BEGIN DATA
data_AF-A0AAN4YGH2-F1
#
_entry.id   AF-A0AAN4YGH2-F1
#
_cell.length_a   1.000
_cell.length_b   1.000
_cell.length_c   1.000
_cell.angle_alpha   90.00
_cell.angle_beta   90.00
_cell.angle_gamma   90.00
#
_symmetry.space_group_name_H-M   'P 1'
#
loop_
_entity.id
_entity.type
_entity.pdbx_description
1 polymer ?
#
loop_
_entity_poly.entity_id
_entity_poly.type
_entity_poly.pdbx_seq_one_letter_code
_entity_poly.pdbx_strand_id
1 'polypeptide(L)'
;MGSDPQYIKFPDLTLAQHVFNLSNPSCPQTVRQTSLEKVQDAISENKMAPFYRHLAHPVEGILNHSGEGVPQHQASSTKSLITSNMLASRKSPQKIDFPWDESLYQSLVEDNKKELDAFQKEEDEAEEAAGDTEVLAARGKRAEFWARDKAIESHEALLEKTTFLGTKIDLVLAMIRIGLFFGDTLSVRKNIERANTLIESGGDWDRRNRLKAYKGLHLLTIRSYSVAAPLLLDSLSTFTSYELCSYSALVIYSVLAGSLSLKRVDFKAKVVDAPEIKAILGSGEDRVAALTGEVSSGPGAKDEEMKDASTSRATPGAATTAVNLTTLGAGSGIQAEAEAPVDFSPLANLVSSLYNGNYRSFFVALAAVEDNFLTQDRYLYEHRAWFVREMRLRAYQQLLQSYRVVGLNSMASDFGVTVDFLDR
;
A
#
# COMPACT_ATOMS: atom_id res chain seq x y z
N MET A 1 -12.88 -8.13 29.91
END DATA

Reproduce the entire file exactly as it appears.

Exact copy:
data_AF-A0AAN4YGH2-F1
#
_entry.id   AF-A0AAN4YGH2-F1
#
_cell.length_a   1.000
_cell.length_b   1.000
_cell.length_c   1.000
_cell.angle_alpha   90.00
_cell.angle_beta   90.00
_cell.angle_gamma   90.00
#
_symmetry.space_group_name_H-M   'P 1'
#
loop_
_entity.id
_entity.type
_entity.pdbx_description
1 polymer ?
#
loop_
_entity_poly.entity_id
_entity_poly.type
_entity_poly.pdbx_seq_one_letter_code
_entity_poly.pdbx_strand_id
1 'polypeptide(L)'
;MGSDPQYIKFPDLTLAQHVFNLSNPSCPQTVRQTSLEKVQDAISENKMAPFYRHLAHPVEGILNHSGEGVPQHQASSTKSLITSNMLASRKSPQKIDFPWDESLYQSLVEDNKKELDAFQKEEDEAEEAAGDTEVLAARGKRAEFWARDKAIESHEALLEKTTFLGTKIDLVLAMIRIGLFFGDTLSVRKNIERANTLIESGGDWDRRNRLKAYKGLHLLTIRSYSVAAPLLLDSLSTFTSYELCSYSALVIYSVLAGSLSLKRVDFKAKVVDAPEIKAILGSGEDRVAALTGEVSSGPGAKDEEMKDASTSRATPGAATTAVNLTTLGAGSGIQAEAEAPVDFSPLANLVSSLYNGNYRSFFVALAAVEDNFLTQDRYLYEHRAWFVREMRLRAYQQLLQSYRVVGLNSMASDFGVTVDFLDR
;
A
#
# COMPACT_ATOMS: atom_id res chain seq x y z
N MET A 1 -12.88 -8.13 29.91